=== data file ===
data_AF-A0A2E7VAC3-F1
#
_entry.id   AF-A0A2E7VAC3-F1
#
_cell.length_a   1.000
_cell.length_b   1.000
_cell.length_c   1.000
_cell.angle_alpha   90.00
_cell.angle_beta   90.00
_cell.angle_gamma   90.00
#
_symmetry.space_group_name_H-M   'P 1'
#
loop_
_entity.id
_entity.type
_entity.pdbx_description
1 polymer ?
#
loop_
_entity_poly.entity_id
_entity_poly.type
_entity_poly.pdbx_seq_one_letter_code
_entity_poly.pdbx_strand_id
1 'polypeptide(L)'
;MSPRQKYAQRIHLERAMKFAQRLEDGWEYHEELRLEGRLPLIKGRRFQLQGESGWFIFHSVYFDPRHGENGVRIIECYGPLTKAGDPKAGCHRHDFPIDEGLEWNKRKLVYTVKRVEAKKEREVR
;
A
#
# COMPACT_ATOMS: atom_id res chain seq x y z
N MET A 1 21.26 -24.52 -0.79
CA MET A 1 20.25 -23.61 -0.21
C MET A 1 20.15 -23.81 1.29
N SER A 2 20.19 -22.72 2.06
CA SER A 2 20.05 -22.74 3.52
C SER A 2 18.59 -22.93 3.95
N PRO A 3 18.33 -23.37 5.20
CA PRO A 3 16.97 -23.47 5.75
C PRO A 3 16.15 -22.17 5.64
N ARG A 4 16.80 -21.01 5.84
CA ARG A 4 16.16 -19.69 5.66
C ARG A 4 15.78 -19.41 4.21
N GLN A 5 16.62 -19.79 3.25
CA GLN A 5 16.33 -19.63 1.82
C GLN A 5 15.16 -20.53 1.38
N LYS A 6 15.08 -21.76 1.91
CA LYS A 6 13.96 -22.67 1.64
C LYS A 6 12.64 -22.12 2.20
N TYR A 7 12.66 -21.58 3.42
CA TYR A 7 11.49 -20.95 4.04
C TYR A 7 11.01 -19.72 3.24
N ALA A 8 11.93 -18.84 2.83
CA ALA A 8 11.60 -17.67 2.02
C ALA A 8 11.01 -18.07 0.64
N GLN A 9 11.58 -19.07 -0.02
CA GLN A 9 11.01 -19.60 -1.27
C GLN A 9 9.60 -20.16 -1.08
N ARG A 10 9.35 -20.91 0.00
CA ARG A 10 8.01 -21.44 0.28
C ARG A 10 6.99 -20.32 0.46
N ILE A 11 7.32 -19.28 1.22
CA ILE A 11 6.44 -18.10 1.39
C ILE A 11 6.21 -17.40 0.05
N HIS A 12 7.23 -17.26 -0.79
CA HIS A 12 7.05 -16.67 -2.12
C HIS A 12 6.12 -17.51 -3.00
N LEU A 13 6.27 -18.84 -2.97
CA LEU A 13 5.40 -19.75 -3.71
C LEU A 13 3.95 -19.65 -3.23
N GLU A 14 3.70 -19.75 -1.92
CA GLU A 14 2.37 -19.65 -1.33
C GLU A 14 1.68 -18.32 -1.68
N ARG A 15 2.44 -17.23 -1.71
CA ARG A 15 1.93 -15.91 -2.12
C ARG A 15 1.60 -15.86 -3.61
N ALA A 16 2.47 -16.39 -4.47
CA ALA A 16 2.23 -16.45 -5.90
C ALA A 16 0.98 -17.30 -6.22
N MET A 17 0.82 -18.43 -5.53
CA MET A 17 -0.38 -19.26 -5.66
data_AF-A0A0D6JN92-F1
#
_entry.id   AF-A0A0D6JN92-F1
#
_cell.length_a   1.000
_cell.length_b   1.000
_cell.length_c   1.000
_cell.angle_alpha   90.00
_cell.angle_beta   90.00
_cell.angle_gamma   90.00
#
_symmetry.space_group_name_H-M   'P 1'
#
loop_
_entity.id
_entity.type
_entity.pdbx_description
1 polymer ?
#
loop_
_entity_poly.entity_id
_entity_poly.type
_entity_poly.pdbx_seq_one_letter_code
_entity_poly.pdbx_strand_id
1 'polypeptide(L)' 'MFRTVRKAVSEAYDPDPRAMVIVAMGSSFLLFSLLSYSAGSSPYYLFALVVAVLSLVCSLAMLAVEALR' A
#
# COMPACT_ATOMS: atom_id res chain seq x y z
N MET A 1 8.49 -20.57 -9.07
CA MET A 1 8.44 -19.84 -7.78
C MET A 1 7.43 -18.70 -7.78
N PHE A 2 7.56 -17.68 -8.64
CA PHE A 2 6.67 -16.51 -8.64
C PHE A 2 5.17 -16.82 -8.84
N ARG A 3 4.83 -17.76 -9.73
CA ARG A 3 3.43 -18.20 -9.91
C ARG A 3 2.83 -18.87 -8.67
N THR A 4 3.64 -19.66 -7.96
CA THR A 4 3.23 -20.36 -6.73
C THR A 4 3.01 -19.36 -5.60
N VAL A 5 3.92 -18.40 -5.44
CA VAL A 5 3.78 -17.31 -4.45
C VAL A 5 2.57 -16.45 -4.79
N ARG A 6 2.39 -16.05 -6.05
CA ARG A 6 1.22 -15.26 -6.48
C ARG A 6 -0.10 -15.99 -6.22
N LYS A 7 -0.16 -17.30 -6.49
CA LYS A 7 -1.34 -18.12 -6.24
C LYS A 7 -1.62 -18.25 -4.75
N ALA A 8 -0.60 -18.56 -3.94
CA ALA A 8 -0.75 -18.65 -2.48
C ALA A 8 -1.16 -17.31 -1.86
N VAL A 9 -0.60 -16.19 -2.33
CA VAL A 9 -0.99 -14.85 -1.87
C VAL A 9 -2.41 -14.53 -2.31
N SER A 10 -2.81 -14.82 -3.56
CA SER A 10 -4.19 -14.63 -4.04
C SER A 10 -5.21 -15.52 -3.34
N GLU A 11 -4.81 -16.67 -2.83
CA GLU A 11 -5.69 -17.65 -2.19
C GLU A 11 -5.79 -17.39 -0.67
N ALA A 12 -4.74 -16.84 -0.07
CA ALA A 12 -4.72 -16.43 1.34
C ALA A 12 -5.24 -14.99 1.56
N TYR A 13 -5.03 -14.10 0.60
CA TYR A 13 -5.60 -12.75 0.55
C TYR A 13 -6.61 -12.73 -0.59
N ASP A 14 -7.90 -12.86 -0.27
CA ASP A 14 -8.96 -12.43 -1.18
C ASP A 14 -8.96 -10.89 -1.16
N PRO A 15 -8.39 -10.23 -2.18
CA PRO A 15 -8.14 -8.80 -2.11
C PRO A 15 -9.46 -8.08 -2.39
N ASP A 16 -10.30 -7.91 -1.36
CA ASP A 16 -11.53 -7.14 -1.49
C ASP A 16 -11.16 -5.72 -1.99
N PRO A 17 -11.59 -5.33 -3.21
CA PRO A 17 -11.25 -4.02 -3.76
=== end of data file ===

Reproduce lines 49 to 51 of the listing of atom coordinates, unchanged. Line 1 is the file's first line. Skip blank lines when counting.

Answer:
N TYR A 7 12.66 -21.58 3.42
CA TYR A 7 11.49 -20.95 4.04
C TYR A 7 11.01 -19.72 3.24